Distributed Intelligence Platform to the Edge Computing

Distributed Intelligence Platform to the Edge Computing

Xalphonse Inbaraj (PACE Institute of Technology and Sciences, India)
Copyright: © 2020 |Pages: 23
DOI: 10.4018/978-1-7998-0194-8.ch007

Abstract

With the explosion of information, devices, and interactions, cloud design on its own cannot handle the flow of data. While the cloud provides us access to compute, storage, and even connectivity that we can access easily and cost-effectively, these centralized resources can create delays and performance issues for devices and information that are far from a centralized public cloud or information center source. Internet of things-connected devices are a transparent use for edge computing architecture. In this chapter, the author discusses the main differences between edge, fog, and cloud computing; pros and cons; and various applications, namely, smart cars and traffic control in transportation scenario, visual and surveillance security, connected vehicle, and smart ID card.
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Introduction

Cloud computing frees the enterprise and also the user from the specification of the many details. This blissfulness becomes a retardant for latency-sensitive applications, which need nodes within the neighborhood to satisfy their delay necessities. An rising wave of web deployments, most notably the web of Things (WoTs), requires mobility support and geo-distribution in addition to location awareness and low latency. We argue that a replacement platform is required to satisfy these requirements; a platform we have a tendency to decision Fog Computing, or, briefly, Fog could be a cloud close to the ground (Bonomi, Milito & Natarajan, 2014). With the explosion of data, devices and interactions, cloud architecture on its own can't handle the influx of information. While the cloud gives us access to compute, storage and even connectivity that we can access easily and cost-effectively, these centralized resources can create delays and performance issues for devices and data that are far from a centralized public cloud or data center source.

Edge computing—also known as just “edge”—brings processing close to the data source, and it does not need to be sent to a remote cloud or other centralized systems for processing. By eliminating the distance and time it takes to send data to centralized sources, we can improve the speed and performance of data transport, as well as devices and applications on the edge.

Fog computing is a standard that defines how edge computing should work, and it facilitates the operation of compute, storage and networking services between end devices and cloud computing data centers. Additionally, many use fog as a jumping-off point for edge computing.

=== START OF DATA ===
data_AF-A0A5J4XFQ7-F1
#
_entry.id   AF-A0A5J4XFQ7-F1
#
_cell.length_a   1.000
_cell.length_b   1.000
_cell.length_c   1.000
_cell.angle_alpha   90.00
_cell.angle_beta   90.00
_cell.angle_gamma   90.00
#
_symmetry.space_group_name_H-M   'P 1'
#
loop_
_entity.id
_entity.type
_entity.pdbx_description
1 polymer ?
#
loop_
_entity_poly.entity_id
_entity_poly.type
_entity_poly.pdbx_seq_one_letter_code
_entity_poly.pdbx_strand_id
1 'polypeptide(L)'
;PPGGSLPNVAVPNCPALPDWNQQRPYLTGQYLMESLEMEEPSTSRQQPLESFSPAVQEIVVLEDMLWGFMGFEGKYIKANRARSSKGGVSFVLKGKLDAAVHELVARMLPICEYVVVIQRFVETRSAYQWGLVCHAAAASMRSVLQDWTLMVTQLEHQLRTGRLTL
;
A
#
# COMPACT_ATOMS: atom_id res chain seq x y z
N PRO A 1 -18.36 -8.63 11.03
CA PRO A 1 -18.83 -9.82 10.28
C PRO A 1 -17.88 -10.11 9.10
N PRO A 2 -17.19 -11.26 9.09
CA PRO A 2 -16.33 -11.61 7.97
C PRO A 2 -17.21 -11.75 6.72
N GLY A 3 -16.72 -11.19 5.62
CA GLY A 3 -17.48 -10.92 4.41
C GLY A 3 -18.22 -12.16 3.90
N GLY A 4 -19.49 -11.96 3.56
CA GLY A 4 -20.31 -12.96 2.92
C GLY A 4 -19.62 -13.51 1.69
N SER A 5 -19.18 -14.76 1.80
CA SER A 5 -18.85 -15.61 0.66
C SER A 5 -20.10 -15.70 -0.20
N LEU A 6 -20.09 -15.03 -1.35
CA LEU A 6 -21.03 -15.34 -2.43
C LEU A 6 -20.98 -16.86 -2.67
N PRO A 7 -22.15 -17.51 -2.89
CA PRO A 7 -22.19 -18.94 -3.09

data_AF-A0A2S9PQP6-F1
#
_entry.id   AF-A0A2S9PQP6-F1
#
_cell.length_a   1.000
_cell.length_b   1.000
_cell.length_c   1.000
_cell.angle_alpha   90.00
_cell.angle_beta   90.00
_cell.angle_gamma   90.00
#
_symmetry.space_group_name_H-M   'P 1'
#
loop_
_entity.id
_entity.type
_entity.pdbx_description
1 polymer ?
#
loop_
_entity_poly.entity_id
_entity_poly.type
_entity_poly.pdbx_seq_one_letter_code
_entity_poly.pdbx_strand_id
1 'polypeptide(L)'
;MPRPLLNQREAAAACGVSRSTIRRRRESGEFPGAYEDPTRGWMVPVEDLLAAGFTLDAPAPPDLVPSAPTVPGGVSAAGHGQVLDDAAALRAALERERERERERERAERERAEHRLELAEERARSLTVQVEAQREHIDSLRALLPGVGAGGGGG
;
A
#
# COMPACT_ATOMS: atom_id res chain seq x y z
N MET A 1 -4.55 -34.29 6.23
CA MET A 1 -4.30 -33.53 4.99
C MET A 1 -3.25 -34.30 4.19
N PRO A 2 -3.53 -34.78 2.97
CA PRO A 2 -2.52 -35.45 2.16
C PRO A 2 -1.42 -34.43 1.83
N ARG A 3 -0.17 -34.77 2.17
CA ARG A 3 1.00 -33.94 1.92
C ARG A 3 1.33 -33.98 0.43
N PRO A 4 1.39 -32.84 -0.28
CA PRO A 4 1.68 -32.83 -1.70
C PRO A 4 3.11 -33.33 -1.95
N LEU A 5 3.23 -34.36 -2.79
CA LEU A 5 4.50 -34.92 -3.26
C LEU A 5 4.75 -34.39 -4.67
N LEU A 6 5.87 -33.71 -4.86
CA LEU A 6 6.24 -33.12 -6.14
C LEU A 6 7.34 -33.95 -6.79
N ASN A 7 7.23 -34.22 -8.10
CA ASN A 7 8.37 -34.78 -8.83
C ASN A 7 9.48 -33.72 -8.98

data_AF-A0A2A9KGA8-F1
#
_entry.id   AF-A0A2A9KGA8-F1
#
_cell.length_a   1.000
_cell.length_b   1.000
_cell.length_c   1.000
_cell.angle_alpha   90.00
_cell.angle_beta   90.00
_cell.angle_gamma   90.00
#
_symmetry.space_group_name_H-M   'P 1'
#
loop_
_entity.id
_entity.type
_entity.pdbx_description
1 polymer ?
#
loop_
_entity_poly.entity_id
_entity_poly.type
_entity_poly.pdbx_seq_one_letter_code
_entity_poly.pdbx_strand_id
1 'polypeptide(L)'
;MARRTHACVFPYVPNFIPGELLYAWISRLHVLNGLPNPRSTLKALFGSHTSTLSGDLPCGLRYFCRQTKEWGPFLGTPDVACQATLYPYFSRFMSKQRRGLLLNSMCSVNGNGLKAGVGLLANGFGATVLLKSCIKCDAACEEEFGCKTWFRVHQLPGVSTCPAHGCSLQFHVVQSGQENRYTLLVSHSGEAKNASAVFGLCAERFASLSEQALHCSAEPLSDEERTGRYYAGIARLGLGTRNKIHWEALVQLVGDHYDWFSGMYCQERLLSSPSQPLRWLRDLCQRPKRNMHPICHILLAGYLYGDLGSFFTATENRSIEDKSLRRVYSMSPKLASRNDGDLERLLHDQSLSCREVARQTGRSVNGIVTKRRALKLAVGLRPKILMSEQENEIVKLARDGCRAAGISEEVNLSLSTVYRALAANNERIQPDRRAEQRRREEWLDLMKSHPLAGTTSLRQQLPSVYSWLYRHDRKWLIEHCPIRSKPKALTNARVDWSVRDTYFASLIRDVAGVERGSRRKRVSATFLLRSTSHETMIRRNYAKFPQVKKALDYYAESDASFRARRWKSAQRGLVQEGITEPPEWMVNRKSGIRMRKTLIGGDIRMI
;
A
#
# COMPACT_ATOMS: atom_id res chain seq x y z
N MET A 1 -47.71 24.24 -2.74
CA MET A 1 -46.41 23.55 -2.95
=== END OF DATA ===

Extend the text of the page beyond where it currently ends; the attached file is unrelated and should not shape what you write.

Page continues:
Therefore we can define some characteristics to define Fog Computing such that a) Low latency and location awareness; b) Wide-spread geographical distribution; c) Mobility; d) Very large number of nodes, e) Predominant role of wireless access, f) robust presence of streaming and real time applications, g) Heterogeneity.

Both fog computing and edge computing provide the same functionalities in terms of pushing both data and intelligence to analytic platforms that are situated either on, or close to where the data originated from, whether that’s screens, speakers, motors, pumps or sensors.

Fog computing is projected to alter computing directly at the sting of the network, which might deliver new applications and services (Forman, 2003). For example, industrial edge routers are advertising processor speed, number of cores and built-in network storage. Those routers have the potential to become new servers and also its facilities the services at the edge of the network which are known as fog nodes. They can be resource-poor devices such as set-top boxes, access points, routers (Willis, Dasgupta & Banerjee, 2014), switches, base stations, and end devices, or resource-rich machines such as Cloudlet. Obviously, edge and fog computing architecture is all about Internet of Things (IoT)that deal with remote sensors or devices are typically where edge computing and fog computing architectures manifest in the real world. In this chapter, how Fog Computing was emerged and its various applications through its edge nods was discussed. For example, in the Fog Transportation System, the fog nodes perform some native analysis for native action, like alerting the vehicle concerning poor road conditions, triggering autonomous response to slow down, and perform some autonomous functions, although connections to higher layers are inaccessible and according to surveillance scenario, video analytics algorithms are often settled on fog nodes near to the cameras, and take advantage of the heterogeneous processor capability of fog, running parts of the video analytics algorithm on conventional processors or accelerators.

Both technologies can help organizations reduce their reliance on cloud-based platforms to analyze data, which often leads to latency issues, and instead be able to make data-driven decisions faster. The main difference between edge computing and fog computing comes down to where the processing of that data takes place.

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